Both kinds of response data can be understood as being response availability data since it specifies response data that has been received by the receive engine 400. In another embodiment, the response buffer 510 may store response availability data that differs from the responses themselves. For instance, the response availability data may comprise pointers to responses, or addresses.

The command buffer 520 of the buffer unit 420 may store commands in much the same way as the response buffer 510 stores responses. The commands stored in the command buffer 520 may be commands that were already transmitted by the transmit engine 410. In another embodiment, the buffered commands are commands that are still to be transmitted by the transmit engine 410. The command buffer 520 may also store both, commands that were already transmitted as well as commands that are still to be transmitted. In a further embodiment, the command buffer 520 may store command identification data that is different from the commands themselves, but identifies the commands.

By means of the buffer unit 420, the southbridge device or I/O hub allows the bus masters 230-260 to start more than one outstanding read request, i.e. to start further requests although a previously placed request has not yet been answered by an appropriate response. This can be seen from FIG. 6 which is a timing chart similar to that of FIG. 3, illustrating the capability of placing multiple outstanding requests. In the example of FIG. 6, four requests are placed closely together in time. The second, third and fourth requests are placed although the first request has not yet been served. After a given time, the response to the first request is received. Before the second response is received, a fifth request is placed in the example of FIG. 6. The sequence of requests and responses in the example of FIG. 6 continues with a second and third response, a sixth and seventh request, and so on.

Thus, requests may be placed irrespective of whether responses to previously transmitted requests are available. Moreover, requests can be placed in the form of bursts. A burst is a sequence of requests that are uniquely identified by subsequent command tags. In the example of FIG. 6, the first to fourth requests form such a burst.

Turning now to FIG. 7, another timing chart is provided giving an example of the placement of multiple outstanding requests where the responses are received out of order. After a burst of four requests are placed, a response to the third request in the burst is received. That is, the responses to the first and second requests are received later than the response to the third request. Moreover, it can be seen that responses to requests that are not contained in the burst may arrive earlier than the latest response that pertains to the burst. In the example of FIG. 7, the fifth response is a response to a request that is not part of the burst, but it is received earlier than the fourth response that does pertain to the burst.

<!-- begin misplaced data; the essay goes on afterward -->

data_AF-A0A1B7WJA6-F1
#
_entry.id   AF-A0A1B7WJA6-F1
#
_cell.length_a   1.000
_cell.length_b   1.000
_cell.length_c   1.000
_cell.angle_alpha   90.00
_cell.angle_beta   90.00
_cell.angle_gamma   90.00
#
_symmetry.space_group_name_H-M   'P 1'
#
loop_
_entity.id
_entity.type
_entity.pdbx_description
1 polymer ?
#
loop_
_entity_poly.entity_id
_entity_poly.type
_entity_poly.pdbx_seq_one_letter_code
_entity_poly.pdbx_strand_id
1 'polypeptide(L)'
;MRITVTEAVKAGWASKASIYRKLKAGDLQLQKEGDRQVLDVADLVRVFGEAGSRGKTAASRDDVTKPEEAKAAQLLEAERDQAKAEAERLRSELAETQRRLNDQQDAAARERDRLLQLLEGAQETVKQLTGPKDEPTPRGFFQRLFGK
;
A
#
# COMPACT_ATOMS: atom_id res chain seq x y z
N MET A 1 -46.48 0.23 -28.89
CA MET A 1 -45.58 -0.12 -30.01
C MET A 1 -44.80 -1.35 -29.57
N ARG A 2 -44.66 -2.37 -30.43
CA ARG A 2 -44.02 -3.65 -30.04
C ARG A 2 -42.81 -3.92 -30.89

The process of placing requests will now be described with reference to FIG. 8. This figure shows a flowchart beginning with step 800 of receiving a read request from one of the bus masters 230-260. The transmit engine 410 that upstream command in step 820 based on the received read request to the HyperTransport interface unit 200. The transmit engine 410 then buffers the command or any suitable command identification data into the command buffer 520 in step 830.

FIG. 9 is a flowchart illustrating the steps performed in processing received responses. In step 900, the receive engine 400 receives response data from the HyperTransport interface unit 200. The receive engine 400 then determines the corresponding tag value in step 910 and buffers the response data in the response buffer 510 in step 920. As mentioned above, the receive engine 400 may store the response in other formats, or may even store any other kind of response availability data in the buffer 510.

The receive engine 400 may then determine in step 930 whether a deliverable response is available. Although step 930 is depicted in the flowchart of FIG. 9 as being performed after step 920, it is to be noted that the process flow of steps 930 to 950 may be performed completely independently therefrom, even in parallel to steps 900 to 920.

If a deliverable response has been determined as being available, using the response availability data in the response buffer 510, the receive engine 400 sends a corresponding response downstream to the respective bus master 230-260 in step 940, and clears in step 950 the response availability data in the buffer 510.

For performing the steps 930 to 950, the receive engine 400 may interchange signals with the control logic 500 of the buffer unit 420, such as the above mentioned response-available signal and the clear-response signal.

Turning now to FIG. 10, the depicted flowchart illustrates the process of bringing the received responses in order. As discussed above with reference to FIG. 7, responses to placed requests may arrive out of order. Using the buffer unit 420 and the response reordering unit 430, the device of FIG. 4 is provided with a response reordering mechanism that is adapted to control the receive engine 400 to transmit the responses in the correct order. Response reordering according to the present embodiment may make use of the fact that the buffer unit 420 comprises a plurality of buffer elements that are each uniquely assigned to one of the command tags.

In step 1000, the receive engine 400 checks whether all interrelated responses are available. Interrelated responses may be a response to a memory read request where more than sixteen double words are requested from memory. The maximum number of requested read data for one read command is limited by the HyperTransport protocol to sixteen double words, i.e. 32 bits. That is, if more data is requested than 32 bits, a burst of read commands needs to be placed. Responses pertaining to requests in one and the same burst may be understood as being interrelated responses.